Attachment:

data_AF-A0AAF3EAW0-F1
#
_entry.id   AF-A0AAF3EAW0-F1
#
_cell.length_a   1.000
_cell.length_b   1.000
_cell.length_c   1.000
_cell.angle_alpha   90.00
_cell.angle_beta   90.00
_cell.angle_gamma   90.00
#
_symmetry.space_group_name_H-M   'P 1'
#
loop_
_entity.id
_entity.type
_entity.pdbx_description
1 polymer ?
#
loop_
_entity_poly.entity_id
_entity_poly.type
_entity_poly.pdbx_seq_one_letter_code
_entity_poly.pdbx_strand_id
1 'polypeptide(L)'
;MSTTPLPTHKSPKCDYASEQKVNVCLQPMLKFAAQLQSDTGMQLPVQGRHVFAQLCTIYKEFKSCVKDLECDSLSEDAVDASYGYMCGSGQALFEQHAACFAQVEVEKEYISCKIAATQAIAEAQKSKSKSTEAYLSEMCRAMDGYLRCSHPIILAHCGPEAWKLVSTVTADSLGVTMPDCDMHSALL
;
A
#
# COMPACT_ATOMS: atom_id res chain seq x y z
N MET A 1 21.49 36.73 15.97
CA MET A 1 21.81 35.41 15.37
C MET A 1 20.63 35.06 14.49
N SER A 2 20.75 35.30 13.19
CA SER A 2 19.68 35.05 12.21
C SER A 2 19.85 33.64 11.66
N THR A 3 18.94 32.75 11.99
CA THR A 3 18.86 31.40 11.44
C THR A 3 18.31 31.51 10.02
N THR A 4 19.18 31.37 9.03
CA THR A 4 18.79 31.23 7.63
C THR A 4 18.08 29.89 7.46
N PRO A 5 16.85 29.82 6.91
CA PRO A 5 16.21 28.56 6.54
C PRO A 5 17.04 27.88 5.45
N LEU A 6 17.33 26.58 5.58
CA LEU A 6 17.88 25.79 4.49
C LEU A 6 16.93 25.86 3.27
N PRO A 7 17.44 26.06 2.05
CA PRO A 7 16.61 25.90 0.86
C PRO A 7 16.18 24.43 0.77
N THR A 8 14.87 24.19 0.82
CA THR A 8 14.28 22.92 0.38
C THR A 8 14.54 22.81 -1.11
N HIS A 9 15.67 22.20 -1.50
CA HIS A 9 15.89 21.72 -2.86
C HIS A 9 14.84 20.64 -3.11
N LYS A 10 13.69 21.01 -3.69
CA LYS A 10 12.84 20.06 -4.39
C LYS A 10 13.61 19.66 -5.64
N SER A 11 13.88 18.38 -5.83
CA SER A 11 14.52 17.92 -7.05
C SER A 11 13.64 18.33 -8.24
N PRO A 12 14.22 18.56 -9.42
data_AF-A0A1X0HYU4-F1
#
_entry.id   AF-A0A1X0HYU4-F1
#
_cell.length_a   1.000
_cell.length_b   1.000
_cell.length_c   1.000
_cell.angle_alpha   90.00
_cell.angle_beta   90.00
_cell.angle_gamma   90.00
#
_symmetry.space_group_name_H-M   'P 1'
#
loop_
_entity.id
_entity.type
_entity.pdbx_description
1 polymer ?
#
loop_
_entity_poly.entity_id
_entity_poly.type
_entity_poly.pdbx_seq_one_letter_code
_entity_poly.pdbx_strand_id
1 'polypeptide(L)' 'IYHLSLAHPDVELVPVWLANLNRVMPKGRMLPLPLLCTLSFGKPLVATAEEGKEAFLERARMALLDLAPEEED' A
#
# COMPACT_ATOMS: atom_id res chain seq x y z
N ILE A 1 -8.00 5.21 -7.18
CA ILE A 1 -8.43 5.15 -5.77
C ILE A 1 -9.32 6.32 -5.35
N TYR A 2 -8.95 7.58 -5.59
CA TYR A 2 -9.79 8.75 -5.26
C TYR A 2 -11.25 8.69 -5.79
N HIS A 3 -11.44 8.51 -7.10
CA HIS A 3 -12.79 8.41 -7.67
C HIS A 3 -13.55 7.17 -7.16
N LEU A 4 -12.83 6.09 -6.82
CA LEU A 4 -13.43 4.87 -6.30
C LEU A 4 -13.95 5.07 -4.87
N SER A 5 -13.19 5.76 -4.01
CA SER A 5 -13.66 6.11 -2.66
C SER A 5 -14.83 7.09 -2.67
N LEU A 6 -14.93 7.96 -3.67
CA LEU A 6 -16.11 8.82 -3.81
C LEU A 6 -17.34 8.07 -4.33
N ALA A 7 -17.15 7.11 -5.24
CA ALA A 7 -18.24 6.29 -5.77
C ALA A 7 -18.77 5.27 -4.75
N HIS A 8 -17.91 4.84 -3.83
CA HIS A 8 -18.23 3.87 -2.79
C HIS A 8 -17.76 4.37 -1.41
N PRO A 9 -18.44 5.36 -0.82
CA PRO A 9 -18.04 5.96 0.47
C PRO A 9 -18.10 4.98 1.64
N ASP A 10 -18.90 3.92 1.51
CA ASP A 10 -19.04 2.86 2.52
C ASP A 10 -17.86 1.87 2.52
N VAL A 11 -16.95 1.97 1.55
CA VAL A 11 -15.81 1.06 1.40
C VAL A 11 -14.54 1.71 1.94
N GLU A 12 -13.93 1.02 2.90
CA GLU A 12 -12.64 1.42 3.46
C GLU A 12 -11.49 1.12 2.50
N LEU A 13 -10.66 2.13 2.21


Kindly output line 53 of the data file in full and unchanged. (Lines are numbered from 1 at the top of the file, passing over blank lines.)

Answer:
CA THR A 8 14.28 22.92 0.38